1) It's great to have people digging into things that never even occurred to me - not only a learning experience, but unexpected help.
2) Here is more evidence of deliberate behavior that has contributed to the major economic shifts that happened within a few years of 1980.
Here's a look at the ratio of dividends paid to stockholders by corporations to wages paid to the workforce.
The list of uses for corporate capital is pretty short: investment (in a very broad sense) or distribution. Voluntary distribution avenues include wages and dividends. Since a stark inflection point in 1976, the dividend to wage ratio has tripled. If you'd rather consider a long average as your launch pad, that value would be under 5%, so the ratio on that basis has more than doubled. At a detail level, the decline from 1966 to 1976 (coincidentally, most of the peak inflation period) looks significant. The ratio has faltered a bit recently, during the economic downturn. Whether this constitutes a turning point or just a rest stop on the way up is yet to be determined. (For a no-prize contest, see if you can Elliott-wave label the advance.)
For now, I'll leave it to the reader's imagination to decide what this might mean in terms of wealth disparity and the potential for resource misallocation.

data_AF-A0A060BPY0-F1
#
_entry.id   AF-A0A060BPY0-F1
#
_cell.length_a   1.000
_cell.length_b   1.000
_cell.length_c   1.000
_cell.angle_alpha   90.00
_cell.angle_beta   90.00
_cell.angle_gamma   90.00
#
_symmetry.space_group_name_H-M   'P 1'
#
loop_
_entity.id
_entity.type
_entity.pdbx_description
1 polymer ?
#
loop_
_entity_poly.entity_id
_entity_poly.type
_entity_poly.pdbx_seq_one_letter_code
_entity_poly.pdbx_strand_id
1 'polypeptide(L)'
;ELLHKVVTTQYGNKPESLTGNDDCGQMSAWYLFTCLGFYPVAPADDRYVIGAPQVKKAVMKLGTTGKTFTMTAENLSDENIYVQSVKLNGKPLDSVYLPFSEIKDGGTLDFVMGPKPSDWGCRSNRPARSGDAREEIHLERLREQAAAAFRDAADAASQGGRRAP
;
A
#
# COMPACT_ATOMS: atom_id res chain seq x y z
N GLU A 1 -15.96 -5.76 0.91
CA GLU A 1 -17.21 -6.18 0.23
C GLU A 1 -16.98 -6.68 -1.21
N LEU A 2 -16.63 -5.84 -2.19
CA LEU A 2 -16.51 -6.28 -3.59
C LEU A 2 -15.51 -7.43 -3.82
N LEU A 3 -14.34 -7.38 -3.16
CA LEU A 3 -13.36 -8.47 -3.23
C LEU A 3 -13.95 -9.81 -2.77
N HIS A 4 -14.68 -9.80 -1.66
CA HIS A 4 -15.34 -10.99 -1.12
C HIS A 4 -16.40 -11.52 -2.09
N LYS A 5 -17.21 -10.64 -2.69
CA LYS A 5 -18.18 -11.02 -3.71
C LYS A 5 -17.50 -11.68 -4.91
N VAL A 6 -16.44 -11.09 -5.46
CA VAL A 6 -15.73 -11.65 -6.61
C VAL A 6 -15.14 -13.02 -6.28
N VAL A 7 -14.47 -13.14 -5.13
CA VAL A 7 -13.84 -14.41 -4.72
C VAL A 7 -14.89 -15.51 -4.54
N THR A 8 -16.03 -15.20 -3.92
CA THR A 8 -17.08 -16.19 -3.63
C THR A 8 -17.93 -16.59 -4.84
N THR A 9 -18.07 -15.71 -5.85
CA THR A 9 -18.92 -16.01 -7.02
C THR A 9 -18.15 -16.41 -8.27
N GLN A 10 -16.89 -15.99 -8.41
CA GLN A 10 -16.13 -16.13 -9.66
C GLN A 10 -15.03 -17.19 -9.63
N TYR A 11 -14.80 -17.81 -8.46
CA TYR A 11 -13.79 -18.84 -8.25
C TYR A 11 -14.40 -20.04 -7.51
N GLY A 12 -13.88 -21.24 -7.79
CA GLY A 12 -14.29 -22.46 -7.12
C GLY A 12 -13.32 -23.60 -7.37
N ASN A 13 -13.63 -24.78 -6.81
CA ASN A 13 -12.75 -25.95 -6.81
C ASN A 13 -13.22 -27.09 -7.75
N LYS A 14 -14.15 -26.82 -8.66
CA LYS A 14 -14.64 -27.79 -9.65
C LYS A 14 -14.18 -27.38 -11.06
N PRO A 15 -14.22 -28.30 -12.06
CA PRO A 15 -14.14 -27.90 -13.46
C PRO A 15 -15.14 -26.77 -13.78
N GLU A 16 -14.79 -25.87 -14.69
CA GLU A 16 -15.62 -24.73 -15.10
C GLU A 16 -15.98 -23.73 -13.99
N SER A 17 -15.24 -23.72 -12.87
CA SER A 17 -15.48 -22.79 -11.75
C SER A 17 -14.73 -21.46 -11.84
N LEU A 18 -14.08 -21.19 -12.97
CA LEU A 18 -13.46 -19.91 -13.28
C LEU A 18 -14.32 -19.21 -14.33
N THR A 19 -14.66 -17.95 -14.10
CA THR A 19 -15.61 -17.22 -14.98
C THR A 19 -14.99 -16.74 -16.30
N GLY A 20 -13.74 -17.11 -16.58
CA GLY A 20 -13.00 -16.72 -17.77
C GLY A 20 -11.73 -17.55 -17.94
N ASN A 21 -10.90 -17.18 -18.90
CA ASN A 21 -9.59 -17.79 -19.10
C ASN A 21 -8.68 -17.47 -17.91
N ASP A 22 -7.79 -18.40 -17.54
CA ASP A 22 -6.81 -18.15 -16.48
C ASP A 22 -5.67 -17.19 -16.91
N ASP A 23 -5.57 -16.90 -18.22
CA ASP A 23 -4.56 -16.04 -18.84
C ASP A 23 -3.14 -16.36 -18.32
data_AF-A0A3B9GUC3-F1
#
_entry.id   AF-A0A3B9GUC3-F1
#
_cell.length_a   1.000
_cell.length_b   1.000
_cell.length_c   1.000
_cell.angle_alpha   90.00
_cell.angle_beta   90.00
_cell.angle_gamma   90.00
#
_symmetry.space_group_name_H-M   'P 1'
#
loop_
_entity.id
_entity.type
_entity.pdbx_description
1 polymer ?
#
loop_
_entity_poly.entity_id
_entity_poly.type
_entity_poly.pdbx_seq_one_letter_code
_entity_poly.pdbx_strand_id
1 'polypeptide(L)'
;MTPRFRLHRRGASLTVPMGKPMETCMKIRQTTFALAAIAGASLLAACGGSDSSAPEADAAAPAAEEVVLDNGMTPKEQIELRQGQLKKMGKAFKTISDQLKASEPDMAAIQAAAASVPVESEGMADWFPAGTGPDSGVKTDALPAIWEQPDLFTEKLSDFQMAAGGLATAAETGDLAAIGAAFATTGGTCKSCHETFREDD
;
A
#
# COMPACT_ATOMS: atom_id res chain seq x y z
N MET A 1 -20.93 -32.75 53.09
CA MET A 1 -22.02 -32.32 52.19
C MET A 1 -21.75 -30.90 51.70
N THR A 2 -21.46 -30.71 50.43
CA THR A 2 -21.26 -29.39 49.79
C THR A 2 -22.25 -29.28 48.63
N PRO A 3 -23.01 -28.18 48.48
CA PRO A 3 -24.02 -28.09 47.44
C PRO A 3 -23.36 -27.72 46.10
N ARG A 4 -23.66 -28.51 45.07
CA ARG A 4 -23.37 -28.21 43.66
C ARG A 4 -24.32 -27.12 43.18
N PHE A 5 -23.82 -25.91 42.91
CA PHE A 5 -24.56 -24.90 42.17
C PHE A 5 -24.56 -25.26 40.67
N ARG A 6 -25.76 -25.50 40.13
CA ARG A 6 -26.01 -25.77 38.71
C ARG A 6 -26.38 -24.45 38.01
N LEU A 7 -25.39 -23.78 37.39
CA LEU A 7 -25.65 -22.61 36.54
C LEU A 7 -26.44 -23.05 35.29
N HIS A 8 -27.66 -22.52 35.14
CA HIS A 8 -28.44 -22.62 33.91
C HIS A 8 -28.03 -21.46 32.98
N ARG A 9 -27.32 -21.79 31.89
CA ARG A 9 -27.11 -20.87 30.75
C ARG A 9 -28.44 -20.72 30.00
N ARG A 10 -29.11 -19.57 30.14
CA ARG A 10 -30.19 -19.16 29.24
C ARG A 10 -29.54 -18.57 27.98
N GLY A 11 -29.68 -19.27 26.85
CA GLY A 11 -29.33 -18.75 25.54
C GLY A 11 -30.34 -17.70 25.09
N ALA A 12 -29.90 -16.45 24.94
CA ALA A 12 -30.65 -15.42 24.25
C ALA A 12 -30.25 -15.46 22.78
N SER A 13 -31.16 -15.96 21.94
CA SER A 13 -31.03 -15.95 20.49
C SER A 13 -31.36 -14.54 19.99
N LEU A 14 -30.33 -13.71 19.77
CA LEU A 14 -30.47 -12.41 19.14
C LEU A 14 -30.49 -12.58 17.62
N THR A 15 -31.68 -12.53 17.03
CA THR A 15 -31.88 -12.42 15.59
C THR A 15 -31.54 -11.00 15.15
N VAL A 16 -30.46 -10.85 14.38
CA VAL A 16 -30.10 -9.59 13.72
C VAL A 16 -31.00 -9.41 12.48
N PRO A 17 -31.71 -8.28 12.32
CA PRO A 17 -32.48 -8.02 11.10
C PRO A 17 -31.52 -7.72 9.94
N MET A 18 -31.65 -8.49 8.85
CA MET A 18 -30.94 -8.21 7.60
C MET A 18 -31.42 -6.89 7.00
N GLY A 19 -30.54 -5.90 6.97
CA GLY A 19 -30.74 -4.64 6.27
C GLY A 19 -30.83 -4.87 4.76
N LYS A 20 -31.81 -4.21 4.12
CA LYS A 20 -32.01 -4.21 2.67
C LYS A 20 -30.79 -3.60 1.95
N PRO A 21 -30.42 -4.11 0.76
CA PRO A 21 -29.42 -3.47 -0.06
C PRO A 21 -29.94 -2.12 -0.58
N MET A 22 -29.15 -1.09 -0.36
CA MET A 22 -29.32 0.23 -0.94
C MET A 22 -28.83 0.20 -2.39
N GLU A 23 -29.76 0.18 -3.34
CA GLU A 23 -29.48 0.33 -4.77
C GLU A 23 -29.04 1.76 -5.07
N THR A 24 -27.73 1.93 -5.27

Here's a look at the
I agree that trade is a good thing. But good things should be done properly, and in the right proportion. That was the case with the trade balance for many years - up to an inflection point that is a bit later on this graph - 1984 - but no more difficult to discern. Before then, the trade balance was so close to parity, you'd almost think it might have been planned that way. Since then, it's been up-up-and-away, with only a pause in the 90's. This probably resulted from the '91 recession, but the trajectory was slowed - despite NAFTA - for most of the Clinton admistration. Again, we see a hint of a possible direction change at the end. We sure do live in interesting times.
While it's possible that the two graphed items are unconnected phenomena, I have tendency to find interconnectedness in everything (when I can get away with it.) Not necessarily a straight line, but Mark connects the dots like this:
Higher Trade Deficit -> Higher Unemployment -> Downward Wage Pressure
It's at least plausible. He also found an article relating trade balance to unemployment, with this statement.
We find a 60 to 72% correlation between the balance of a country’s trade and its overall Unemployment Rate. That is, countries with Trade surplus have lower Unemployment Rates while countries with Trade deficits tend to have higher unemployment.
That's pretty impressive correlation, and lends a lot of credence to the idea that we have been exporting jobs - to our detriment. And it looks like a policy-driven result.